'Women Make Film' Shines A Long Overdue Spotlight On Female Filmmakers
TERRY GROSS, HOST:
This is FRESH AIR.
Beginning tomorrow and concluding in December, Turner Classic Movies presents an ambitious 14-hour series about female filmmakers, looking at their collective work internationally and throughout the history of cinema. Episodes of the series, called "Women Make Film," will be shown each Tuesday night accompanied by some of the movies being featured. Our TV critic David Bianculli has this review.
DAVID BIANCULLI, BYLINE: Each of the 14 hours of TCM's "Women Make Film" begins the same way - with actress Tilda Swinton, one of the documentary's narrators and executive producers, describing the journey to come.
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TILDA SWINTON: (As Narrator) Most films have been directed by men. Most of the recognized so-called movie classics were directed by men. But for 13 decades and on all six filmmaking continents, thousands of women have been directing films, too - some of the best films.
BIANCULLI: "Women Make Film," which premiered last year at the Toronto Film Festival, takes us on a trip that's both intellectual and emotional. But as road movies go, this documentary doesn't follow any traditional map. In fact, its approach is so unusual, it arrives with its own disclaimer with the narrator - Tilda Swinton again - explaining what viewers are not about to see.
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SWINTON: (As Narrator) What follows is not about the directors' lives. It's not a chronological history. It's not an analysis of how women directors are different from men. And it's not one of those lists of the best films ever made.
No, it has cleaner lines than that. Our film is about the films, the scenes. It answers practical questions. What's an engaging way to start a film? How do you set its tone? How do you make it believable?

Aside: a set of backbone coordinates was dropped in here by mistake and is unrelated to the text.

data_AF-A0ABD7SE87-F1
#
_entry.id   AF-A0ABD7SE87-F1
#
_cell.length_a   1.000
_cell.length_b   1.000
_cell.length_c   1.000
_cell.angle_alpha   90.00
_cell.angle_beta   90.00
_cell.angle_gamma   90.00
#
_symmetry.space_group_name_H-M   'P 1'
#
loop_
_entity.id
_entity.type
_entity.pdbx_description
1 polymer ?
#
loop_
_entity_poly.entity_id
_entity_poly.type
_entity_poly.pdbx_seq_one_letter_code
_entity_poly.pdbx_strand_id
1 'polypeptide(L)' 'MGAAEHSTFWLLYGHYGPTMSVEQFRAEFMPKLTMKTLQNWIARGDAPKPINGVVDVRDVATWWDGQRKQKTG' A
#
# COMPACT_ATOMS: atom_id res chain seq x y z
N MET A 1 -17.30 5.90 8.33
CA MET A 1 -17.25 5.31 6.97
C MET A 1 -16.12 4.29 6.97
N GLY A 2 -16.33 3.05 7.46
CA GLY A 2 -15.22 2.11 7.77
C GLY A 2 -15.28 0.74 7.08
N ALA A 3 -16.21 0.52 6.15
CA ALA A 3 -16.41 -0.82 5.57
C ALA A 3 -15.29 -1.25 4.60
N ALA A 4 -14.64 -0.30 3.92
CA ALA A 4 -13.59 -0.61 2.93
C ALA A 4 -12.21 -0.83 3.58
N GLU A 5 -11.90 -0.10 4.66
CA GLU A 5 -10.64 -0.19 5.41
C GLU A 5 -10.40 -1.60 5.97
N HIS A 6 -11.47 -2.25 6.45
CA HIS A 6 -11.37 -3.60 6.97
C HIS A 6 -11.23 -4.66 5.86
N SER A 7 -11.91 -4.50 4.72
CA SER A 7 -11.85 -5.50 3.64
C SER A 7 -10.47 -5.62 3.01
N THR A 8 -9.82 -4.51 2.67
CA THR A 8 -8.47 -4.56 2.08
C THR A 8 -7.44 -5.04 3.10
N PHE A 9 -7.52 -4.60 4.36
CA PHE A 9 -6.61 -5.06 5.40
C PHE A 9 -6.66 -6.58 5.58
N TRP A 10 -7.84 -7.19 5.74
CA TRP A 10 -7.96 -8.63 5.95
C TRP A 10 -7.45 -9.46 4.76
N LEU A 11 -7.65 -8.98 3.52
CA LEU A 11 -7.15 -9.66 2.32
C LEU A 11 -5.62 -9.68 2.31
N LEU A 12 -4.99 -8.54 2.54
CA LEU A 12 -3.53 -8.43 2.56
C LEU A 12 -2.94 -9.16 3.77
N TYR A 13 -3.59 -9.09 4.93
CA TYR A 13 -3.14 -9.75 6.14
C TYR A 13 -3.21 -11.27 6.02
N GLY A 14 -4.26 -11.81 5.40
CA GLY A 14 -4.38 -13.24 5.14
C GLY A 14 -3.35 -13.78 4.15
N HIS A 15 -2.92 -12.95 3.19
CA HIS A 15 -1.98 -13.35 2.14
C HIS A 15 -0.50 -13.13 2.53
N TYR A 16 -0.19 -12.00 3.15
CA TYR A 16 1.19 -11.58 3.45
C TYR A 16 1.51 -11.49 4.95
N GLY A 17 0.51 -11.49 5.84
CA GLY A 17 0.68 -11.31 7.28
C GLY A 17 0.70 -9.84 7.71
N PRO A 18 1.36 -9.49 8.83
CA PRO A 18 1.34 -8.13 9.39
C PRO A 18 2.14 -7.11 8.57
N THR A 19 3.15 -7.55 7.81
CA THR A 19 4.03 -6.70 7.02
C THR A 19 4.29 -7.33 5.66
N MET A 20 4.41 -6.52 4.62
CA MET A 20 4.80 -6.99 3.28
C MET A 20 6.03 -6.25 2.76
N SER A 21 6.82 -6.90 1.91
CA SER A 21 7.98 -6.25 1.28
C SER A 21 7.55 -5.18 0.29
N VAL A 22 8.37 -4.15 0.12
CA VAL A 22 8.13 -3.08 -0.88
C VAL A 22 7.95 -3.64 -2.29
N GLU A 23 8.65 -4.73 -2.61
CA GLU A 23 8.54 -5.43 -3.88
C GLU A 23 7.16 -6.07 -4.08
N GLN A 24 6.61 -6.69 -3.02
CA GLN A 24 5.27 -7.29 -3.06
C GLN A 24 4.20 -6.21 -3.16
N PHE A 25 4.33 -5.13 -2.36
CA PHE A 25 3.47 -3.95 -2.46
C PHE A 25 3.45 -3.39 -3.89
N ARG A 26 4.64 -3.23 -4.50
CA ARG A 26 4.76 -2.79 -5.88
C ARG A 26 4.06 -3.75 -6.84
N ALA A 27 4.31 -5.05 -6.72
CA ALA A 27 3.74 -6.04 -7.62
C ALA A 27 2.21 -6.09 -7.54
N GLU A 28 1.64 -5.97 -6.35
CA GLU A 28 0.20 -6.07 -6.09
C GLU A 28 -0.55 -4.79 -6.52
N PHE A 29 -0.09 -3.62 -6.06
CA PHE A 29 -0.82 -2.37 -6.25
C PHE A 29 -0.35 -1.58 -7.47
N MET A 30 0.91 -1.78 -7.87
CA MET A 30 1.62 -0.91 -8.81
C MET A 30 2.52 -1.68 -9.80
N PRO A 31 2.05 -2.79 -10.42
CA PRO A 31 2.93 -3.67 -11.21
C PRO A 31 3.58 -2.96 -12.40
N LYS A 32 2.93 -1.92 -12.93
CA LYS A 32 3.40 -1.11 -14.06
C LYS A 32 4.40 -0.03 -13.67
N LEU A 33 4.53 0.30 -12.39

BIANCULLI: So what approach does "Women Make Film" and its writer-director Mark Cousins take? Instead of stepping back and looking at the big picture - and only the big pictures - this documentary zooms in on individual scenes. It pulls almost a thousand examples from 130 years of film history covering six continents. But it doesn't cover that ground by starting at the beginning or by highlighting the most recognizable or significant names. Alice Guy-Blache, the first woman director and filmmaker of the silent era, doesn't show up until Episode 4. Ida Lupino, one of the first female members of the Directors Guild of America, arrives in Episode 2.
And there aren't a lot of talking heads or interviews. "Women Make Film" allows the film excerpts to speak for themselves - except, that is, for the almost constant narration which points out specifics as each scene unspools. The documentary is subdivided into 40 topics or chapters, starting with the way certain movies open and covering subjects as general as dreams and as specific as editing. The observations are very specific, and we return to certain movies time and again, watching them illustrate various points.
It's a unique approach, but it works. And the point here is that it covers the entire history of cinema and provides hundreds of examples of both artistic and technical achievement while showcasing only the work of female filmmakers from around the globe. Film historians haven't paid as much attention to them as to their male counterparts, but this documentary series does and goes a long way towards correcting that.